• Tuesday (May 12) — Ex Machina, Cineplex Oxford, 6:45‎ ‎& 9:30‎, Cineplex Dartmouth Crossing, 11:55am,‎ ‎2:35pm,‎ ‎5:15pm,‎ ‎7:55pm, &‎ ‎10:35pm, regular pricing discounted Tuesday, film continues through Thursday (at least). Alex Garland, UK, 2015, 108 minutes.
    — While We’re Young, Cineplex Oxford, 6:45pm &‎ ‎9:15pm, regular pricing discounted Tuesday, film continues through Thursday (at least). ‎The highly-regarded latest feature from Noah Baumbach stars Ben Stiller and Naomi Watts. USA, 2014, 97 minutes.
    Welcome to Kanata,  AFCOOP – 5663 Cornwallis Street, 7pm, free. A touring package of contemporary animated films by Canadian aboriginal filmmakers, curated by Ariel Smith, award-winning filmmaker and Director of the National Indigenous Arts Coalition. 12 films, 80 minutes total running time, event details here, program details here.
  • Wednesday (May 13) — Touch of Evil, Dalhousie Art Gallery, 8pm, free. Orson Welles, USA, 1958, 110-ish minutes.
    — Oklahoma!, Cineplex Dartmouth Crossing, 7pm, $6. Fred Zinnemann, USA, 1955, 145 minutes.
    Heritage Minutes, Cineplex Park Lane, 6:30pm, free. Historica Canada presents a selection of classic Heritage Minutes, followed by the premiere of a brand new Heritage Minute.

Like Father, Like Son (Netflix Canada picks)

08 May
May 8, 2015

Hirokazu Kore-eda, Japan, 2013, 120 minutes

It can hardly believe it’s been 10 years or so since the Japanese director Hirokazu Kore-eda first came to my attention with the absorbing drama Nobody Knows, in which a family of four children try to hide the fact that they have been abandoned. In Like Father, Like Son, we have a similarly improbable, yet drawn from real life, dramatic hook—two boys have been switched at birth and the error comes to light six years on. As with his other films, the delight comes not from the destination but from the sheer craft of the storytelling. There really is no Western analog for the Kore-eda way of filmmaking—so understated and careful in approach; so fulsome and satisfying in effect. At Cannes in 2013 it was nominated for the Palme d’Or and won the Jury Prize—for me it was quite simply one of the very best films of that year.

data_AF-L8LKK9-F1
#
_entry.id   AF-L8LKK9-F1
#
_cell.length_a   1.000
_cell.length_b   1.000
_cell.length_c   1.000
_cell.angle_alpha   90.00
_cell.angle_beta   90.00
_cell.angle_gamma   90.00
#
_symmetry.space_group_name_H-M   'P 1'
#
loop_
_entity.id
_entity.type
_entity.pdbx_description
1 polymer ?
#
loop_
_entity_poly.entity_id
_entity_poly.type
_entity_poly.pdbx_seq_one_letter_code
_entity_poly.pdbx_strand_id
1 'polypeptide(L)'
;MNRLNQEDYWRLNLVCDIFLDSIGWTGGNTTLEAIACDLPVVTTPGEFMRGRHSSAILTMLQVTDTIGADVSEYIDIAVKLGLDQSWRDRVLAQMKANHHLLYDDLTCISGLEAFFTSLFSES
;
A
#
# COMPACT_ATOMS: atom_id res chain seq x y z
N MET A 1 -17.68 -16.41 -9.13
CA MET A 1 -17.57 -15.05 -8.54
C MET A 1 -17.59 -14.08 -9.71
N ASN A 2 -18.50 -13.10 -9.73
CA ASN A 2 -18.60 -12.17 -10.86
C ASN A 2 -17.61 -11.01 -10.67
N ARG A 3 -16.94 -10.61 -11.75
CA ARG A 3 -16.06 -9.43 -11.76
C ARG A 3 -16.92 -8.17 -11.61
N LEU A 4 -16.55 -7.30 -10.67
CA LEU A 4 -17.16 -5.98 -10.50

Halifax film screening picks — May 4-10

04 May
May 4, 2015

With Montage of Heck not scheduled to screen on HBO Canada at any time in the foreseeable future, the only legal way to see the Kurt Cobain documentary in this country is to go to a one-off theatre screening tonight at 7pm.

Cineplex has a number of other special event screenings this week as well, including a live Rifftrax commentary-screening of the love-to-hate-it indie The Room on Wednesday, as well as family-friendly screenings this weekend of The Wizard of Oz and Oklahoma!.

There are just 3 weeks left in the Dal Art Gallery noir series and this week’s selection is noteworthy for being in colour and directed by the Canadian-born Allan Dwan—Slightly Scarlet, with John Payne, Rhonda Fleming, and Arlene Dahl.

The Mayworks Halifax festival continues this week with an AFCOOP-presented showcase of short films—Reel Justice.

Here are my Halifax area screening picks for selected days this week:

  • Monday (May 4) — Montage of Heck, Cineplex Park Lane & Cineplex Dartmouth Crossing, 7pm, regular pricing. Brett Morgen, USA, 2015, 132 minutes.
  • Tuesday (May 5) — While We’re Young, Cineplex Oxford, 6:45pm &‎ ‎9:15pm, regular pricing discounted Tuesday, film continues through Thursday (at least). ‎The highly-regarded latest feature from Noah Baumbach stars Ben Stiller and Naomi Watts. USA, 2014, 97 minutes.